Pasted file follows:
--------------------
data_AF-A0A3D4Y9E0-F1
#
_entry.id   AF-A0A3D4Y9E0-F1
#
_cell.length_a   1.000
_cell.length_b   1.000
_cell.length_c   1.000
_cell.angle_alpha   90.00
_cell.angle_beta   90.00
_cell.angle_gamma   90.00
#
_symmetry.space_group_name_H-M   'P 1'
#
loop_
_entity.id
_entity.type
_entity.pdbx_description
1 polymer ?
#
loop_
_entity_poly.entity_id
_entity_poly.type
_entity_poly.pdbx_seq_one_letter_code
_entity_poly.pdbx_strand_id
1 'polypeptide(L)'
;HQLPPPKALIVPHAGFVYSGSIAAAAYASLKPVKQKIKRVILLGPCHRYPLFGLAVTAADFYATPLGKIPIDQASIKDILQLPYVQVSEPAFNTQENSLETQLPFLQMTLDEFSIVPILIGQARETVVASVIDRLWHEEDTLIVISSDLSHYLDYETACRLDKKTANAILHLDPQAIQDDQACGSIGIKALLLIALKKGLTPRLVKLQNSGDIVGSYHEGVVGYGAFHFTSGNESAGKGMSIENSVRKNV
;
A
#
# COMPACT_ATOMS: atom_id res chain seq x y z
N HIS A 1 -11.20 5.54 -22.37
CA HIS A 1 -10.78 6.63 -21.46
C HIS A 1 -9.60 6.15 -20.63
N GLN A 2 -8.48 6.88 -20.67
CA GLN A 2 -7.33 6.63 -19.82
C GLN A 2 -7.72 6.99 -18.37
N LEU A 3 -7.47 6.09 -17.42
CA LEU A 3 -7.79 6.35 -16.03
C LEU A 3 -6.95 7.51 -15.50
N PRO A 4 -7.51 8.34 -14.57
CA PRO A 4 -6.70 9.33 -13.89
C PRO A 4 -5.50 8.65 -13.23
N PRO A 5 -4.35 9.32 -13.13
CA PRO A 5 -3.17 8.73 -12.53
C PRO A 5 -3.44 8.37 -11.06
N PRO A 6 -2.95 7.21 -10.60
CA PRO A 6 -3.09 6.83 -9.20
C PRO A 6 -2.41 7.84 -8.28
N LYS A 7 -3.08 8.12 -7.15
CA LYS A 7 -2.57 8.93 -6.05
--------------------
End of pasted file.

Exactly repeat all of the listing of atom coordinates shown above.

data_AF-A0A3D4Y9E0-F1
#
_entry.id   AF-A0A3D4Y9E0-F1
#
_cell.length_a   1.000
_cell.length_b   1.000
_cell.length_c   1.000
_cell.angle_alpha   90.00
_cell.angle_beta   90.00
_cell.angle_gamma   90.00
#
_symmetry.space_group_name_H-M   'P 1'
#
loop_
_entity.id
_entity.type
_entity.pdbx_description
1 polymer ?
#
loop_
_entity_poly.entity_id
_entity_poly.type
_entity_poly.pdbx_seq_one_letter_code
_entity_poly.pdbx_strand_id
1 'polypeptide(L)'
;HQLPPPKALIVPHAGFVYSGSIAAAAYASLKPVKQKIKRVILLGPCHRYPLFGLAVTAADFYATPLGKIPIDQASIKDILQLPYVQVSEPAFNTQENSLETQLPFLQMTLDEFSIVPILIGQARETVVASVIDRLWHEEDTLIVISSDLSHYLDYETACRLDKKTANAILHLDPQAIQDDQACGSIGIKALLLIALKKGLTPRLVKLQNSGDIVGSYHEGVVGYGAFHFTSGNESAGKGMSIENSVRKNV
;
A
#
# COMPACT_ATOMS: atom_id res chain seq x y z
N HIS A 1 -11.20 5.54 -22.37
CA HIS A 1 -10.78 6.63 -21.46
C HIS A 1 -9.60 6.15 -20.63
N GLN A 2 -8.48 6.88 -20.67
CA GLN A 2 -7.33 6.63 -19.82
C GLN A 2 -7.72 6.99 -18.37
N LEU A 3 -7.47 6.09 -17.42
CA LEU A 3 -7.79 6.35 -16.03
C LEU A 3 -6.95 7.51 -15.50
N PRO A 4 -7.51 8.34 -14.57
CA PRO A 4 -6.70 9.33 -13.89
C PRO A 4 -5.50 8.65 -13.23
N PRO A 5 -4.35 9.32 -13.13
CA PRO A 5 -3.17 8.73 -12.53
C PRO A 5 -3.44 8.37 -11.06
N PRO A 6 -2.95 7.21 -10.60
CA PRO A 6 -3.09 6.83 -9.20
C PRO A 6 -2.41 7.84 -8.28
N LYS A 7 -3.08 8.12 -7.15
CA LYS A 7 -2.57 8.93 -6.05